Ortegas takes the opposing view, believing that war may be inevitable at this point and that they should attack the Romulans now. Kirk tells Pike he agrees with Ortegas, but not because he wants war, or even revenge. He instead ponders the consequences of the Romulan ship returning home with the news that the Federation is weak and won't fight back when attacked. But the real surprise is that Spock also votes for attacking.

If the Romulans do indeed share blood with ancient Vulcans as Spock suspects, and they have retained the savage emotions of his ancestors, then they cannot afford to show weakness. Spock's stance — and even his specific dialogue — mirrors "Balance of Terror." Just as he's outvoted, Kirk comes up with a plan, a brilliant pincer maneuver to flank the Romulan vessel. He thinks they may be able to detect the enemy ship as it passes through the tail of a nearby comet. Pike, however, internally fears that Kirk's brash action may be the reason he was sent into the future — to prevent Kirk from starting a war.

Peace or war?

Despite executing their plan perfectly, the Romulans still get the drop on them. The three ships engage in a battle in the tail of the comet, with the Farragut fatally struck by Romulan phasers. After beaming aboard the survivors from the Farragut — including Kirk and La'An — the two captains have a bitter confrontation. Kirk calls out Pike for being too cautious and hesitating, saying that Pike should have attacked. This seems to confirm Pike's fears that Kirk is going to lead them into war.

On the bridge, Spock learns that the Romulan ship is damaged and slowly limping back to Romulan space. Telling Pike that they can now overtake the enemy, Kirk pushes for an all-out assault, but Pike has other ideas. The Enterprise captain wants to use this opportunity to extend an olive branch to the Romulans, much to Kirk's dismay. In an impassioned plea, Pike offers the Romulans a ceasefire. To their surprise, the Romulans accept.

Aboard the Bird of Prey, it's clear that not every Romulan agrees with the decision. While the commander of the enemy ship acknowledges being tired of conflict and looking for a way out, his sub-commander has a thirst for war. He sees Pike's actions as Federation weakness and pushes for an attack on the Enterprise. The Romulan commander tells his younger officer that while he must see this "peace game" to its conclusion, it may not work, and if it doesn't, he'll get the war that he's looking for.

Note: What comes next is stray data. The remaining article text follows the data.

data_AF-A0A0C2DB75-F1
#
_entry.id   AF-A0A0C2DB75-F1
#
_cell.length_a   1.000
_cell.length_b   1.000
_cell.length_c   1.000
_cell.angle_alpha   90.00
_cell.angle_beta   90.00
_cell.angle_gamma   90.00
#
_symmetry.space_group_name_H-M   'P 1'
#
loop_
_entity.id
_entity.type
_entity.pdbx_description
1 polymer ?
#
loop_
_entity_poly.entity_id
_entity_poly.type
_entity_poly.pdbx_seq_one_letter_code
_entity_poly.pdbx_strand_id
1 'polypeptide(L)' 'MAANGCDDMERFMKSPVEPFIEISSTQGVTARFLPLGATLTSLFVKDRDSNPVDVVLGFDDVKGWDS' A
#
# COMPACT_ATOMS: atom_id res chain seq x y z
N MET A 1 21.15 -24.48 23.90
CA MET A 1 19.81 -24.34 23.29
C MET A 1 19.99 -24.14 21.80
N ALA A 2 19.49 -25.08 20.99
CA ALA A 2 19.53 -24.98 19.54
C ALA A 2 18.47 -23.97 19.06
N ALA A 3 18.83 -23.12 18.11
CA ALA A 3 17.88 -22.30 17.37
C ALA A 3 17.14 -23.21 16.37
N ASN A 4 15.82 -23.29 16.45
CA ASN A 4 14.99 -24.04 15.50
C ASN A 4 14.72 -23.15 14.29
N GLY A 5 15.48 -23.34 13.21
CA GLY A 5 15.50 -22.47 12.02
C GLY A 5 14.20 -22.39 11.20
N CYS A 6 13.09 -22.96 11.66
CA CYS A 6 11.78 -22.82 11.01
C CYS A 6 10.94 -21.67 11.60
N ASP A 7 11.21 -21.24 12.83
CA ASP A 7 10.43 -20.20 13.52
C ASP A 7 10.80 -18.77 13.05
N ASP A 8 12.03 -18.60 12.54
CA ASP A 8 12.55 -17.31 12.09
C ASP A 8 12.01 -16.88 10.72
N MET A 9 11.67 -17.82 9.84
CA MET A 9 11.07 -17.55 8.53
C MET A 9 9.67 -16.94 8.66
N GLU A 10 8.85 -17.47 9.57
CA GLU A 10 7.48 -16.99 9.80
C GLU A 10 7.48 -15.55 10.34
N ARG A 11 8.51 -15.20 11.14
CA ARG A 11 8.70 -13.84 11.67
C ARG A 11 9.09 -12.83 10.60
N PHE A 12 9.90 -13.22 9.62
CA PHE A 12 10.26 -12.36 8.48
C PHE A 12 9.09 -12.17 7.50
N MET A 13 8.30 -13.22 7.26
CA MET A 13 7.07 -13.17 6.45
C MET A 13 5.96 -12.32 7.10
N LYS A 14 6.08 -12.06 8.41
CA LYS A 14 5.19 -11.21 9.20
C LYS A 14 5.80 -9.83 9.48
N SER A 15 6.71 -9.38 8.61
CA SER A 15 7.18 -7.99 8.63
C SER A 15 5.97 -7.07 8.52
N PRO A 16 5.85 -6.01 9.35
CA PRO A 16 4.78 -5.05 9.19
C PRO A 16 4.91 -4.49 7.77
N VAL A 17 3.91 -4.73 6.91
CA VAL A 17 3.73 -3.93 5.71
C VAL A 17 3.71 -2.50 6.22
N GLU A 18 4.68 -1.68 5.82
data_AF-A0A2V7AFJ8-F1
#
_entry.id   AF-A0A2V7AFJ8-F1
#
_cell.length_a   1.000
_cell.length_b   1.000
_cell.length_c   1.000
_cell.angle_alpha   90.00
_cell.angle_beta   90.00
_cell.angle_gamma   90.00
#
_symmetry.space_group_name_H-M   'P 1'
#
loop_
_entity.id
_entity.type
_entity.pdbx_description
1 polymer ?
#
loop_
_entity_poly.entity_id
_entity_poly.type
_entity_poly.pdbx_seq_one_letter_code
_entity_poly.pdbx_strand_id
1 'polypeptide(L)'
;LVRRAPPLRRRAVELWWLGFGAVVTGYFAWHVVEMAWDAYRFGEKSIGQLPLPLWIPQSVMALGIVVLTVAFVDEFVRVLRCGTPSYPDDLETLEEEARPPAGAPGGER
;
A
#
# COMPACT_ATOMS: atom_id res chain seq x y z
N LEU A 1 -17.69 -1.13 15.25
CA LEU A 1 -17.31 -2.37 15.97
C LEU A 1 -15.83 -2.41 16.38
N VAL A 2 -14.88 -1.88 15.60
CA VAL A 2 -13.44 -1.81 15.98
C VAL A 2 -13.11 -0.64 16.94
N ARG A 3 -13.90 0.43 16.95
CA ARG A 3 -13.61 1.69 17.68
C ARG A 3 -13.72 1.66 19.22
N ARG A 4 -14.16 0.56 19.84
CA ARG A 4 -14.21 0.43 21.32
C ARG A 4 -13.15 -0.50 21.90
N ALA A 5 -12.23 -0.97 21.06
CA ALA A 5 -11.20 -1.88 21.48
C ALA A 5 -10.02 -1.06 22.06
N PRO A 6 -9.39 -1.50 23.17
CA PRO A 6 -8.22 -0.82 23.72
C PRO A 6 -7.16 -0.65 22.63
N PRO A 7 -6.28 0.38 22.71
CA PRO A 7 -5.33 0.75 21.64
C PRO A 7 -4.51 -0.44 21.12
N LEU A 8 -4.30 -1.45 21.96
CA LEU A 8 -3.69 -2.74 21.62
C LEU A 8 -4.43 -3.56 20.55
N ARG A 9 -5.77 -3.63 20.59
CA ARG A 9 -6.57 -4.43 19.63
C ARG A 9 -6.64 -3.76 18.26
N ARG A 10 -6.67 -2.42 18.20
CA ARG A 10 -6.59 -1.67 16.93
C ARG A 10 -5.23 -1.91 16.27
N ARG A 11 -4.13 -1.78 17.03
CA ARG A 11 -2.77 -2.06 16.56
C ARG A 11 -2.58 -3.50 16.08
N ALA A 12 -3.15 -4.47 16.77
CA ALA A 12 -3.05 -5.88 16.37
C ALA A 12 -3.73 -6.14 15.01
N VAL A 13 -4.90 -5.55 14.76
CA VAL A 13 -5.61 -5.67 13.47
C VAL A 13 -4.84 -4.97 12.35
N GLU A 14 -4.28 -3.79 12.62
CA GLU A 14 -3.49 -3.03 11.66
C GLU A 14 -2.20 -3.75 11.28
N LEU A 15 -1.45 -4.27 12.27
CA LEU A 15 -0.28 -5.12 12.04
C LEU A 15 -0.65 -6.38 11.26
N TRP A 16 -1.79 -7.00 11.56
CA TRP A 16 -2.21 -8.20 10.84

A shocking revelation

Back aboard the Enterprise, Pike is curious about one missing member of his former crew. Uhura is a Lieutenant, and La'An is the first officer of the Farragut, but Number One is M.I.A. In his briefing room, he confronts Spock about his conspicuously absent former friend, and we make a stunning discovery — Number One was arrested and is being held in isolation by Federation authorities. It appears as if some time in the past (not long after the time Pike came from), Lt. Commander Una Chin-Riley was taken into custody after the truth of her Illyrian blood became known.

This was the focus of the earlier "Strange New Worlds" episode "Ghosts of Illyria," in which it was revealed that Number One was actually an Illyrian, a race of people who use genetic augmentation that is illegal in the Federation. At the close of that episode, it's made clear that if this information ever got out, she'd be kicked out of Starfleet or worse. Pike promised to keep the secret to himself, believing her good heart to be more than enough for her to earn her place among his crew. Now we're forced to wonder: who squealed?

Kirk has a backup plan